Obscurity factor: 8 (on DVD & YouTube, almost totally forgotten)

Wednesday, January 4, 2012

Polly Bergan, Sonny Bono & Farrah Fawcett in Murder on Flight 502 (1975)

I've been featuring a lot of cheese on the blog lately. This film is no exception - in fact, this film is an exemplary specimen of ripe, pungent, aromatic cheese, courtesy of Aaron Spelling. After flight 502 for London takes off from New York, a letter is discovered in the first class lounge warning of murders that will take place during the flight. Only the first class passengers are involved, and they include mystery writer Mona Briarly (Bergan), pop star Jack Marshall (Bono), international thief Paul Barons (Fernando Lamas), Jewish mother Ida Goldman (Molly Picon), bratty teenager Millard Kensington (Danny Bonaduce), Charlie Parkins (Walter Pidgeon) as well as a flight crew including Captain Larkin (Robert Stack) and stewardess Karen White (Fawcett). Who is responsible for the letter and who is or are the targets? As people start to die (in the "yanked from view into a closet" style of murder) we learn that the person who wrote the letter isn't joking. Red herrings abound, are dismissed and then the characters involved in them are relegated to the background. Also look for Brook Adams, Laraine Day, Ralph Bellamy and Hugh O'Brian in the cast.

Due to Farrah Fawcett's involvement in the film, it was released on DVD in the late 90's. Most of the reviews I've read seem to have missed the campier aspects of the film, but it's worth seeing for just those aspects. In addition to DVD, it can be seen in full above, thanks to a YouTube upload by smpr12.

Obscurity factor: 7 (on DVD and YouTube, known to Fawcett fans, otherwise forgotten)

Tuesday, January 3, 2012

Stephanie Zimbalist & Patty Duke in The Babysitter (1980)

My friend Carol introduced me to this made for TV thriller. It's creepy and has a slow build, but a great pay-off. Joanna Redwine is hired by the dysfunctional Benedicts as a housekeeper. As she settles in to the home she begins to manipulate the family members, encouraging Liz's (Patty Duke) drinking, trying to seduce Jeff (William Shatner) and while daughter Tara (Quinn Cummings) initially loves her, she begins to hate her as she sees how Joanna is using them. All along, next door neighbor Dr. Lindquist (John Housman) is observing Joanna and starts investigating her past. What will he discover, and will it endanger him and the Benedicts?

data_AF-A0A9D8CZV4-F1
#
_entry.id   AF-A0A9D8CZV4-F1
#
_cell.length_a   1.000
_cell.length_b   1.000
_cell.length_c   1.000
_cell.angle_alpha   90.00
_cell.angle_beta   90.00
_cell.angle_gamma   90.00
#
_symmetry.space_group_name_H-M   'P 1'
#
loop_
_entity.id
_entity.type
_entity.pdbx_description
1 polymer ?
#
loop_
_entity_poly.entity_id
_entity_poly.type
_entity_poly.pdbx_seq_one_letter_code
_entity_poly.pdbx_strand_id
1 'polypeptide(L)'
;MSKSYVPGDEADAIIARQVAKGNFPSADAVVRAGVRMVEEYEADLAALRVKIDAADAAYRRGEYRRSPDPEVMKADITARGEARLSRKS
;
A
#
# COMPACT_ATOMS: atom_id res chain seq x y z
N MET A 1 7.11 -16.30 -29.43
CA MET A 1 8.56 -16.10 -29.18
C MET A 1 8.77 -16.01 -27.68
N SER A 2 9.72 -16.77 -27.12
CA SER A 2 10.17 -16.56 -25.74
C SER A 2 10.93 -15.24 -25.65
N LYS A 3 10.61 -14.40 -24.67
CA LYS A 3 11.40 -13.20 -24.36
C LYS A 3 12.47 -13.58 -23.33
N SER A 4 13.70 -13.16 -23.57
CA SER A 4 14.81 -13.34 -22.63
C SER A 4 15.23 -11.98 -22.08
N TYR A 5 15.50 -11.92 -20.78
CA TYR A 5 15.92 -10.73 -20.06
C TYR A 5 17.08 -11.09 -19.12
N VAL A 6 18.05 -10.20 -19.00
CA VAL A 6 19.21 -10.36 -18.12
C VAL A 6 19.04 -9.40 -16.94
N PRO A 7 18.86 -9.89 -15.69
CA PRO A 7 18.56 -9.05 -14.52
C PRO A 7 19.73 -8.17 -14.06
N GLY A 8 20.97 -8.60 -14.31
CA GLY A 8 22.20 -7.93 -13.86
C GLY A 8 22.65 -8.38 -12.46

Though not available on DVD, this HBO production was released on VHS and is still available on Amazon. It can also be seen on YouTube in its entirety. The whole film is above, uploaded by TVTERRORLAND.

Obscurity factor: 9 (on YouTube and VHS, not on DVD, largely forgotten)

Monday, January 2, 2012

Henry Fonda and Ava Gardner in City on Fire (1979)

Along the same lines of last week's post about Disaster on the Coastliner (also from 1979), this film is another bloated star epic, though some of the stars are, or had been decidedly first tier. When a refinery worker, upset because he was passed over for a promotion, sets his refinery on fire, he sets off a chain reaction of disaster in a city that's been compromised by graft and shoddy construction standards. Among the people involved are fire chief Risley (Fonda), heiress Diana Brockhurst-Lautrec (Susan Clark), nurse Andrea Harper (Shelly Winters), inebriated television reporter Maggie Grayson (Gardner) and corrupt mayor William Dudley (Leslie Nielsen).
Though set in the midwest, this film was shot in Montreal. It's the usual disaster fare, following the lives of certain key people as they are irrevocably changed by the ensuing events. Look for James Franciscus and Barry Newman in the cast as well.

Though not available on DVD, this film can be found on VHS and is available in full on YouTube. Above is the entire film uploaded by TheGialloGrindhouse.

Obscurity factor: 9 (not on DVD, available on YouTube, barely remembered)